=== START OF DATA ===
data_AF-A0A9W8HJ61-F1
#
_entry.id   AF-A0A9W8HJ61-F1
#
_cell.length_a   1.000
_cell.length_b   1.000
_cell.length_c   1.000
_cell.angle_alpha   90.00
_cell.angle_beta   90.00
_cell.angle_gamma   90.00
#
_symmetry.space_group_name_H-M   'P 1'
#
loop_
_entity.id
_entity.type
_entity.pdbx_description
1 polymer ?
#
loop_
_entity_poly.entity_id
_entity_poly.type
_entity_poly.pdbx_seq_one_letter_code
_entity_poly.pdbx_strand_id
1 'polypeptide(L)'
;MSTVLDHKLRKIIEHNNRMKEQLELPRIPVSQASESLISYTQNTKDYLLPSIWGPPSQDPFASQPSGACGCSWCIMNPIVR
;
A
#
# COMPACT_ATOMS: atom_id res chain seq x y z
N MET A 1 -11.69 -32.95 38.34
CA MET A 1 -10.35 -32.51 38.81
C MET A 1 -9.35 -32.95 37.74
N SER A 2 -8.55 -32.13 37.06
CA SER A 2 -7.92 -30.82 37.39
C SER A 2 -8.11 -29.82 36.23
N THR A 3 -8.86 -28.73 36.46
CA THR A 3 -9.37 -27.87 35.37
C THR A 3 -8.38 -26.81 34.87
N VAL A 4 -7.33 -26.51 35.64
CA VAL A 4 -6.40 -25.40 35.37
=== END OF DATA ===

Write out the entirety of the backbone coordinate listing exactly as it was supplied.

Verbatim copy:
data_AF-A0A9W8HJ61-F1
#
_entry.id   AF-A0A9W8HJ61-F1
#
_cell.length_a   1.000
_cell.length_b   1.000
_cell.length_c   1.000
_cell.angle_alpha   90.00
_cell.angle_beta   90.00
_cell.angle_gamma   90.00
#
_symmetry.space_group_name_H-M   'P 1'
#
loop_
_entity.id
_entity.type
_entity.pdbx_description
1 polymer ?
#
loop_
_entity_poly.entity_id
_entity_poly.type
_entity_poly.pdbx_seq_one_letter_code
_entity_poly.pdbx_strand_id
1 'polypeptide(L)'
;MSTVLDHKLRKIIEHNNRMKEQLELPRIPVSQASESLISYTQNTKDYLLPSIWGPPSQDPFASQPSGACGCSWCIMNPIVR
;
A
#
# COMPACT_ATOMS: atom_id res chain seq x y z
N MET A 1 -11.69 -32.95 38.34
CA MET A 1 -10.35 -32.51 38.81
C MET A 1 -9.35 -32.95 37.74
N SER A 2 -8.55 -32.13 37.06
CA SER A 2 -7.92 -30.82 37.39
C SER A 2 -8.11 -29.82 36.23
N THR A 3 -8.86 -28.73 36.46
CA THR A 3 -9.37 -27.87 35.37
C THR A 3 -8.38 -26.81 34.87
N VAL A 4 -7.33 -26.51 35.64
CA VAL A 4 -6.40 -25.40 35.37